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Even Bollywood star Salman Khan wants in. Ditching his trademark motorcycle and aviator look, the superstar has teamed up with the government to push the use of e-cycles.  With encouragement from the government and market players rising to the challenge of reducing pollution and congestion in major metropolitan areas, the renaissance of electric mobility may be finally here.

The push for electric 2-wheelers is backed by road and transport minister Nitin Gadkari, who is encouraging more earth-friendly forms of travel. The focus on different types of travel comes shortly after India was seen to perform poorly on air quality standards. The end goal is to have India be an all-electric country by 2030.

Less than 1% of India’s 200 million vehicles are electric at the moment, but that didn’t stop Gadkari taking a firm line with diesel-based car manufacturers, saying, ““don’t complain later and say you have unsold inventory if they are banned”.

The news has set scoot manufacturers whirring, with some of the biggest names producing new electric models which they hope will fuel the growth of a new market. Japanese auto-maker Yamaha have wheeled straight into the market, India being one of their biggest markets.

“We are at present conducting a feasibility study in this area (electric two wheelers). Yamaha has an edge in this segment as we already have such products in other countries. Transferring such products to India, it is not so difficult,” said Yamaha Motor Research and Development India MD Yasuo Ishihara to Entrackr.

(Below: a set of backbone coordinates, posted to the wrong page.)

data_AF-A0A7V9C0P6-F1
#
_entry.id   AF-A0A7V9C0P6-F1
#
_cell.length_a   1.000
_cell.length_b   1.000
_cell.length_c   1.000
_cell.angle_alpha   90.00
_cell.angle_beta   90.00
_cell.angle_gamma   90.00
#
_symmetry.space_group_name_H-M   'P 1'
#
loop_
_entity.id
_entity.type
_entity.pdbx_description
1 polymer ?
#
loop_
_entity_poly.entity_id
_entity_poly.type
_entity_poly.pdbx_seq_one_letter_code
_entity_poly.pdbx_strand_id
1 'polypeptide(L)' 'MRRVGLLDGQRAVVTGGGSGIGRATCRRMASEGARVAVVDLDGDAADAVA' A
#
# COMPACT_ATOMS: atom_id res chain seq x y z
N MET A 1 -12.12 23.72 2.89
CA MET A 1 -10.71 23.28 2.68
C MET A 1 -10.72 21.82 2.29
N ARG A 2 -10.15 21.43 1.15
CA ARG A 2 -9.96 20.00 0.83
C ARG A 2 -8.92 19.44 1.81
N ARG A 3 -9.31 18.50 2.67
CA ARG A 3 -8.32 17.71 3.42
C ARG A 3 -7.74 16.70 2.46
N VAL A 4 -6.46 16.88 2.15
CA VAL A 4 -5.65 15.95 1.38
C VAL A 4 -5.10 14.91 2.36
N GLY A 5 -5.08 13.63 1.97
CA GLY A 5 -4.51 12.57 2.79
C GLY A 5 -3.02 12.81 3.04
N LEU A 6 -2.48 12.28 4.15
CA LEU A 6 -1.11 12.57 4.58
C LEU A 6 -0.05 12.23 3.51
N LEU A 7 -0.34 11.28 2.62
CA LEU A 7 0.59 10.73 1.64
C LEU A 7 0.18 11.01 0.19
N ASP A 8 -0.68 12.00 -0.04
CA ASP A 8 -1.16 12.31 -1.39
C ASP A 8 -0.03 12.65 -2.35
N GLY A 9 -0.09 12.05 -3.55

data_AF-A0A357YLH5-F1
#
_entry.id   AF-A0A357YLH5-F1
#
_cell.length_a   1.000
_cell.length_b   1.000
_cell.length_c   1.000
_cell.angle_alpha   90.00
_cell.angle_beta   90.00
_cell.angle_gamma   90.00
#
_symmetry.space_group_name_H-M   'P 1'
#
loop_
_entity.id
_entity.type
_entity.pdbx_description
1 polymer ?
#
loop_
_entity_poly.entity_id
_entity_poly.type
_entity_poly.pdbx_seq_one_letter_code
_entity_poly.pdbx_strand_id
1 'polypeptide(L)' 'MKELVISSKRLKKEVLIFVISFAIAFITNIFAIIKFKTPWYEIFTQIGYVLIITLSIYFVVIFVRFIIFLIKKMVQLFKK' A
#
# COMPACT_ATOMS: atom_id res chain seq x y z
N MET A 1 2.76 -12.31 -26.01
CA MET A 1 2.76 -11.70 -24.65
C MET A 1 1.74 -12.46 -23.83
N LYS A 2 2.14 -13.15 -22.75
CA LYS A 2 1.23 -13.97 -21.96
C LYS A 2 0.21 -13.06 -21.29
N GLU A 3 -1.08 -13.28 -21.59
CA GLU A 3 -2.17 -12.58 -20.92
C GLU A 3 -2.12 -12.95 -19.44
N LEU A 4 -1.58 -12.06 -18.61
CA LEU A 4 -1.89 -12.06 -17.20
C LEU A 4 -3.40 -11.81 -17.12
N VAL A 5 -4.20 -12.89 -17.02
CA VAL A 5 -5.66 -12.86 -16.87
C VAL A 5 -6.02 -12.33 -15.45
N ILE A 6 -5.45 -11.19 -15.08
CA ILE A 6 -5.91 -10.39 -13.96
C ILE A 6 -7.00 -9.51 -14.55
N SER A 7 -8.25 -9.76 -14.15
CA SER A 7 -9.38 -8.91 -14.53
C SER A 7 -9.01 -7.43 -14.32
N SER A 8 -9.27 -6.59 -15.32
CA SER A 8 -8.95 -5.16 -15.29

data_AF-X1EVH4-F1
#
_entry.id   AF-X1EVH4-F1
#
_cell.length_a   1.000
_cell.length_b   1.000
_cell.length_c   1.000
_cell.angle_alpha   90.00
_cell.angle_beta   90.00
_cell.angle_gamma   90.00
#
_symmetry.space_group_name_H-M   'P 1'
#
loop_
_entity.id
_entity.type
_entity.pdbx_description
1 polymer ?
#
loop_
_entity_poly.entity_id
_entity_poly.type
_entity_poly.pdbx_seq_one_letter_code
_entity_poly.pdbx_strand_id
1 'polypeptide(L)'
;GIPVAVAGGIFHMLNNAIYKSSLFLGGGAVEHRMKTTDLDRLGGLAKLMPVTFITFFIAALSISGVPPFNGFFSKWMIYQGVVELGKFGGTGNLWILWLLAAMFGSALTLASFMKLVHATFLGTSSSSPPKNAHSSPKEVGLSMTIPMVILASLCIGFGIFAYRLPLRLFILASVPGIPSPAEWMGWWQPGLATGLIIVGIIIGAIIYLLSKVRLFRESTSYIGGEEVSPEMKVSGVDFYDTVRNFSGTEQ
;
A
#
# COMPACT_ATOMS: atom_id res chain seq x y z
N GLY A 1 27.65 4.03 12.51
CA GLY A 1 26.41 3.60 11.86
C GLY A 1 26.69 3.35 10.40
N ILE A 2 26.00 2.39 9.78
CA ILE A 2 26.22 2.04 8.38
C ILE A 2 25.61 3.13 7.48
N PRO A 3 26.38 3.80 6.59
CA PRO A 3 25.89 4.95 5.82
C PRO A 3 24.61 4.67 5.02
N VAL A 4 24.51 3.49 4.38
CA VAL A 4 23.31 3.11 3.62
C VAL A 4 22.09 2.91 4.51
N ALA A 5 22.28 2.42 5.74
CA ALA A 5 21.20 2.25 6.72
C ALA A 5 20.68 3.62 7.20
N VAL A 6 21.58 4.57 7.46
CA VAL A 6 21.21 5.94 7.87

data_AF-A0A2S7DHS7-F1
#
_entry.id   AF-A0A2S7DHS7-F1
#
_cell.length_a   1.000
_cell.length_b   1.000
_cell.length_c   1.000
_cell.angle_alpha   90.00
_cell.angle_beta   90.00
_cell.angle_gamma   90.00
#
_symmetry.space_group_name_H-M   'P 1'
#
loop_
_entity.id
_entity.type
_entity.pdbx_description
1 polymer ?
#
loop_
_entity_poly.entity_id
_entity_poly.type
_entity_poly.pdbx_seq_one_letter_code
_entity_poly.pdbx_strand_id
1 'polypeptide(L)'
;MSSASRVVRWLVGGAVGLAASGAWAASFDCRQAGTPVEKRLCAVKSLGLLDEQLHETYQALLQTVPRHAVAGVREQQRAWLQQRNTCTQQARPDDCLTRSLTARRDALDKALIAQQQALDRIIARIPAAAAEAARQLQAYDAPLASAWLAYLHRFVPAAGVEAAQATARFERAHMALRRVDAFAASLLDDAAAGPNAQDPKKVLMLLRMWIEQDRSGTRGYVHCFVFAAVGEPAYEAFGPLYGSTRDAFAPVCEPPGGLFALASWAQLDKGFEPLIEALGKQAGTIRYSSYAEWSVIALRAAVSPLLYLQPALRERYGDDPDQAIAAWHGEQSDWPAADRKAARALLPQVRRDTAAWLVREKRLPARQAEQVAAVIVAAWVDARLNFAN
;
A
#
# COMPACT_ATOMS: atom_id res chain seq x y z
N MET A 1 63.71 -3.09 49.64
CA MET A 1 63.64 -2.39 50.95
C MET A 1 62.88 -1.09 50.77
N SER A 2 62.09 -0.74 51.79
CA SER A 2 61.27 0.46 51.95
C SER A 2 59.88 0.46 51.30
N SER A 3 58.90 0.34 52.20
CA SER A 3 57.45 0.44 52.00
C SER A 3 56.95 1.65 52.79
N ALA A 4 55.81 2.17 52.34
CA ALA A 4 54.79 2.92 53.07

But, despite being one of the biggest names in the business, Yamaha is behind the curve. Okinawa Autotech have already announced that they’ll be launching their second electric two wheeler, Praise, at around Rs 59,889. The model comes with a range of 170-200km and a top speed of 75kph, which are performance stats far from token. The company is developing solid performance in the market, having established itself in 2015, sales are already planned to be past the 5,000 mark by the end of the ’17-’18 financial year.

However, the company may well be under pressure from Droom who, like Okinawa, have partnered with Mahindra and Hero Electric in pursuit of electric vehicles. Droom’s prices however are more competitive, offering models as low as Rs 20,000. But the company has finance issues to resolve, with expenses having risen 70% more than revenues this year. But with a 65% market share and the company on the hunt for funding next year, losses look like strong, strategic growth. So despite the new players in the market, Droom looks like the company to beat.

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